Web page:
The Inner Sanctum

Just before 6 p.m. on a recent, unseasonably warm Thursday, two young girls exit a nondescript office building off Colorado Boulevard and Louisiana Avenue. The girls, who can't be more than twelve years old, are accompanied by one of their mothers; they've just come out of the Glendale Family Resource Center. Five floors above them, in the Teaching Humane Existence office, more than twenty convicted sex offenders are getting ready for group therapy.

The men, who look to be anywhere from their early twenties to their mid-sixties, split into three groups, going off into separate rooms. Diane, a probation officer from Arapahoe County, and Rick, a counselor, watch as the nine men in their session sit in a circle and begin disclosing the details of their crimes, a ritual they perform every meeting to remind themselves of the danger they pose to the public.

Dave has downloaded child pornography from the Internet, peeped in at women in their homes, stolen underwear from female family members, friends and neighbors, masturbated in public, and physically assaulted twenty women and girls. He guesses he's had 200 victims in all.

Mike met a teenage girl over the Internet and coerced her into performing oral sex on him. Chuck molested three of his stepdaughters.

"Are you a danger?" asks Diana, another counselor running the group..

"I'm a danger because I still fantasize over teenagers and objectify women," he answers.

"But why are you a danger? A lot of men fantasize and objectify, so why are you a risk?" she presses.

"Because I fantasize?" he says.

Nope, not the right answer. The other men in the group just shake their heads.

"Am I not getting it? Am I missing something?" Chuck is bewildered. "Because I indulge in it?"

Diana tells him to work on figuring out why he's still a danger and moves on to Larry.

"I peeped in at a neighbor and masturbated outside her house," Larry says. "I'm still a danger because I fantasize about good-looking women, but I'm doing very well on controlling my masturbating."

Mel isn't doing so well at controlling himself. He lives with another offender in a Shared Living Arrangement (SLA), and they recently covered for one another when they went to a bar and picked up women. In addition to the two stepdaughters Mel assaulted and the three ex-wives he beat, Diana now reminds him that he has seventy more victims -- all of the men in T.H.E. whom he's let down by breaking the implied trust at the heart of the SLA concept.

The other men in the group are mad. "We're trying hard to prove our accountability and show that we can live safely in the community, and all you did was show it can be twice as dangerous," Ryan says. "Would it be fair to say that after ten months of therapy, you still don't give a shit?"

Mel mumbles "yes" and looks down at his lap.

Ryan's not done with him. "I need an SLA to live safe. I need a friend who's there to help me be accountable, and if I lose that, I'll be really mad that you fucked it up."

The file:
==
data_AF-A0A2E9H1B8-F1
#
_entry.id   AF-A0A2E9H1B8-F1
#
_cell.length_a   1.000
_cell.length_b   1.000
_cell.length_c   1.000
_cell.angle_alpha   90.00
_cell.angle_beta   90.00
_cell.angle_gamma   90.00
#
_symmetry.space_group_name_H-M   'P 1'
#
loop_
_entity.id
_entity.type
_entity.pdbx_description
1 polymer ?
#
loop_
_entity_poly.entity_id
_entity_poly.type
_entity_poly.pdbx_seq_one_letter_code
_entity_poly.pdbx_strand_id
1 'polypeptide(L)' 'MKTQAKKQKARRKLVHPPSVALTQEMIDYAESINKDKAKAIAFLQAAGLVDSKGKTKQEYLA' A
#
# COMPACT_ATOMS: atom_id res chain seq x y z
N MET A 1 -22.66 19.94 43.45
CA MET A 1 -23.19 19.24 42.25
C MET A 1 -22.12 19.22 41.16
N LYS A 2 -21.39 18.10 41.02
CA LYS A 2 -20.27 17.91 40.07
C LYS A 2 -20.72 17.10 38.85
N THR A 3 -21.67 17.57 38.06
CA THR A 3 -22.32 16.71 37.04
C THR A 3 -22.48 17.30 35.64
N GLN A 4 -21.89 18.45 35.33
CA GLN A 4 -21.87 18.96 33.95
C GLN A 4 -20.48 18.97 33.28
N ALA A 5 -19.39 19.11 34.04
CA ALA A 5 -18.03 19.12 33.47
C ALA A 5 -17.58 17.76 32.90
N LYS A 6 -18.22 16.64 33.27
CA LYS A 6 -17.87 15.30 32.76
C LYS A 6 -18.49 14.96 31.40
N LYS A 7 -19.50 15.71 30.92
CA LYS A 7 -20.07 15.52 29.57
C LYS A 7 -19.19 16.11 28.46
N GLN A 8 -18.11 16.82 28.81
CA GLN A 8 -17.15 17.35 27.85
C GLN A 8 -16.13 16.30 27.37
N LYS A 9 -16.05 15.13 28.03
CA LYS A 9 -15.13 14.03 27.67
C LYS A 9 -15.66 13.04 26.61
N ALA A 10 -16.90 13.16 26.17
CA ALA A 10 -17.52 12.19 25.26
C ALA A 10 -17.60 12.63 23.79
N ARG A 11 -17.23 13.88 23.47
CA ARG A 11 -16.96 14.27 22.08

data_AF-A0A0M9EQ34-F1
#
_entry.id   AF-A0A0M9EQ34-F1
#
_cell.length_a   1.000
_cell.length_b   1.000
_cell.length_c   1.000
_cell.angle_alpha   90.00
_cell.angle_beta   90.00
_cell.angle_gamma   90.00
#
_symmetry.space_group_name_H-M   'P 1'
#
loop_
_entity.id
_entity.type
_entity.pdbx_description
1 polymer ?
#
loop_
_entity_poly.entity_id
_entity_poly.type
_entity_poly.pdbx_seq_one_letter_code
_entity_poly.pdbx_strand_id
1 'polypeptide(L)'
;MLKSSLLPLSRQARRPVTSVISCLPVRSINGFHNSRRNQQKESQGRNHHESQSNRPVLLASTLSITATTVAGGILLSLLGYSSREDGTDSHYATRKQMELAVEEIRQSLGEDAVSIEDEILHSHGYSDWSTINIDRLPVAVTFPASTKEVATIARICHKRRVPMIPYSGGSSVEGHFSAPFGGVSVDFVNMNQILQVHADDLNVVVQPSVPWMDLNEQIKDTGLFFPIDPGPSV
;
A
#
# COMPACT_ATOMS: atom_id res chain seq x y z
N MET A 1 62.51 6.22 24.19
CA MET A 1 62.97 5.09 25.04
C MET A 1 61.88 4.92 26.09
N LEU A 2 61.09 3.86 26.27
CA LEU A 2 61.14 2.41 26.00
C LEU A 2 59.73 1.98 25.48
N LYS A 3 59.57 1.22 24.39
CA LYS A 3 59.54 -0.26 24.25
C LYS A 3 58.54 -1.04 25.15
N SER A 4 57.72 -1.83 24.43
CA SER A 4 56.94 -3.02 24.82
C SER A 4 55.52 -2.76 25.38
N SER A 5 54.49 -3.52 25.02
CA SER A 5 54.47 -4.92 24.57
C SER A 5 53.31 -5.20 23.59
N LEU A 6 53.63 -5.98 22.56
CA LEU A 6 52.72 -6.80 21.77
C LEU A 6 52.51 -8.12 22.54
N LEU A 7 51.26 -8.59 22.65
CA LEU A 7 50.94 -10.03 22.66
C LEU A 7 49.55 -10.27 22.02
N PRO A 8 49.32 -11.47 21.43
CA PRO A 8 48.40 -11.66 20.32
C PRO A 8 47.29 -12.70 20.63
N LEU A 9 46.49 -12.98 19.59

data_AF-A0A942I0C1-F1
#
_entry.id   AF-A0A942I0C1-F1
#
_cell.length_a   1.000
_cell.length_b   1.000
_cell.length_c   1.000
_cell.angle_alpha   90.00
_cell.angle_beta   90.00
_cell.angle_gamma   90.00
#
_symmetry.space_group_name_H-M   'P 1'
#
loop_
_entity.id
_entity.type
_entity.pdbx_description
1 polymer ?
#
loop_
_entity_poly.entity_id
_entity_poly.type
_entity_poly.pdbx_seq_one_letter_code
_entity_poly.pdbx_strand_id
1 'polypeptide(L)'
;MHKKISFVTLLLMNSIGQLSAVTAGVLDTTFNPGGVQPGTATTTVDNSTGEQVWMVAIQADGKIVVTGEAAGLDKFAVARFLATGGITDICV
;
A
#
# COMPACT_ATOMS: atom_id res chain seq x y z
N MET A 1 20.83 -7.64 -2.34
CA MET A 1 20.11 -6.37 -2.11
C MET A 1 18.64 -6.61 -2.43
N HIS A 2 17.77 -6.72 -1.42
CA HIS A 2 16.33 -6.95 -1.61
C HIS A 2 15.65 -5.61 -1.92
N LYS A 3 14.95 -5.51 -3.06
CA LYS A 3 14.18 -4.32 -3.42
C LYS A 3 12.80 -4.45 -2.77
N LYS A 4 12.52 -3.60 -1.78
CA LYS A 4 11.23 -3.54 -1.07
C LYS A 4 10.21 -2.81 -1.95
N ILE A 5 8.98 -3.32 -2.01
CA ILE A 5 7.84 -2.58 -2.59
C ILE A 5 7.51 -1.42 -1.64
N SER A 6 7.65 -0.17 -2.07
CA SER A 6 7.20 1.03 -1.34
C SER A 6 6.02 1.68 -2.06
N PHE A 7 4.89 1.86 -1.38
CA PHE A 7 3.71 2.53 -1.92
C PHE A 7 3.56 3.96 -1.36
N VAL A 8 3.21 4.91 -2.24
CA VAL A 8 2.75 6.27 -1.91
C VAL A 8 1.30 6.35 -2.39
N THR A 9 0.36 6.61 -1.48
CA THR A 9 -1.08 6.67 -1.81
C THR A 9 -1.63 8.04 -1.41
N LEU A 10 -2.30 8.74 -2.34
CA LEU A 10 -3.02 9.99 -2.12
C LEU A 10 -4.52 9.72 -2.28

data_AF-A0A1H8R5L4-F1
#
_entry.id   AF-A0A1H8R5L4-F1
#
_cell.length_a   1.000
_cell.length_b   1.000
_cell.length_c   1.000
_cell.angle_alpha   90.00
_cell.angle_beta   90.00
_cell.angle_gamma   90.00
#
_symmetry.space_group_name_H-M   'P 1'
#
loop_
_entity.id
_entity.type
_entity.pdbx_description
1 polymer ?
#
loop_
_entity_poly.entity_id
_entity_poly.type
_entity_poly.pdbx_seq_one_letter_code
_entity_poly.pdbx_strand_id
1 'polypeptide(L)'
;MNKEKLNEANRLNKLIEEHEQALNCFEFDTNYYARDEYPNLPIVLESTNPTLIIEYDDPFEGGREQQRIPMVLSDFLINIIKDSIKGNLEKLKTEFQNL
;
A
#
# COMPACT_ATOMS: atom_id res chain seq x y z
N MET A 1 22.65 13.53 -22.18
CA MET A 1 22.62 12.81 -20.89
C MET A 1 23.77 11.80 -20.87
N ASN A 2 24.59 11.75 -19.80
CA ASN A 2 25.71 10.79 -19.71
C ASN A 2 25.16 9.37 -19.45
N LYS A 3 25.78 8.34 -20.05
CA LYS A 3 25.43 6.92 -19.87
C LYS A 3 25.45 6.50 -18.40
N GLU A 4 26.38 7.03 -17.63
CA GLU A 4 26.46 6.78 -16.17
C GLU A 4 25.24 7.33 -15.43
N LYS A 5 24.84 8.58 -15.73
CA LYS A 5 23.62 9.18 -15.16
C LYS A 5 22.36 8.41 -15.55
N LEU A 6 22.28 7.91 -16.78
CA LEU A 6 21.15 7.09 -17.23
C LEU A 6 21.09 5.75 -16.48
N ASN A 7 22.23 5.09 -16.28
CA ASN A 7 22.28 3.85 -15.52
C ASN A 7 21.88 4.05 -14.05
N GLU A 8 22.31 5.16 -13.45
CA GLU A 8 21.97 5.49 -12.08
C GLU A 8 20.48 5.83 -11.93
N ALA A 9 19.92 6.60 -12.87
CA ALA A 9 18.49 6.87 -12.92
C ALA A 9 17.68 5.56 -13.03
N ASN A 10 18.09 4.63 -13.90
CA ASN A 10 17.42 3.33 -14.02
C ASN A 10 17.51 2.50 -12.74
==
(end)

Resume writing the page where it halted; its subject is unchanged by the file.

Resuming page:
"I'm right there behind him," Dave tells Mel.

Now it's Diana's turn again. "You've verified what the community says -- that sex offenders need to be locked up, period."

"The SLAs are supposed to be safe places for sex offenders to be because the people in them are dedicated to being safe, so you're taking the concept of a safe place and turning it into a place where you can act out," says Aaron. "You've chosen to act out despite the freedom given to you, so if the highest containment in T.H.E. isn't sufficient to contain you, what is?"

"The next step is prison," Mel admits. But he's not ready to back down yet and take the blame for his actions. "I called out many times, and no one would help me," he says.

"Mel, I didn't turn you down," Chuck says.

"If you would have called me, I would have helped -- you know that," Dave adds.

Rick and Diana spend the next fifteen minutes trying to get Mel to understand that colluding with his roommate was his own fault. They try to convince him that he's not the victim here. But Mel doesn't seem to get it.

When it's Ralph's turn to talk, he describes, in graphic detail, how he molested an eight-year-old girl. Then Aaron explains how he assaulted his daughter's sixteen-year-old friend over the course of two years. "I gave her a sleeping pill the first time I touched her to lessen her resistance," he confesses. "I have 22 other victims."

Dave tells Aaron to disclose what he did for a living.

"Oh, yeah," he says. "I was a pastor for twelve years."

Ryan talks about how he sodomized twelve little boys. "I've been here a year and a half, and I still have a lot of issues to work on."

Jack explains that he molested his eleven-year-old stepdaughter.

Two of the men in the group are married. Five have gotten divorced because of their crimes. Six have children of their own.

After their disclosures, the men spend about twenty minutes talking about problems in the group dynamics -- who doesn't like whom, who's too controlling, who's intimidating. Toward the end of what turns into a two-hour session, Rick and Diana try to bring the discussion back to the impact the men's crimes have had on their victims.

"I worry that a lot of my victims are developing unhealthy coping mechanisms," Ryan offers.

"What would you do one day if a victim came to group as an offender?" Diana asks.

"I'd have to leave," he says. "I wouldn't want to face a victim. I don't want to see the hurt I've caused."

Diana asks how many of the men would like to know the harm they've caused their victims.

No one raises his hand.

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Julie Jargon
Contact: Julie Jargon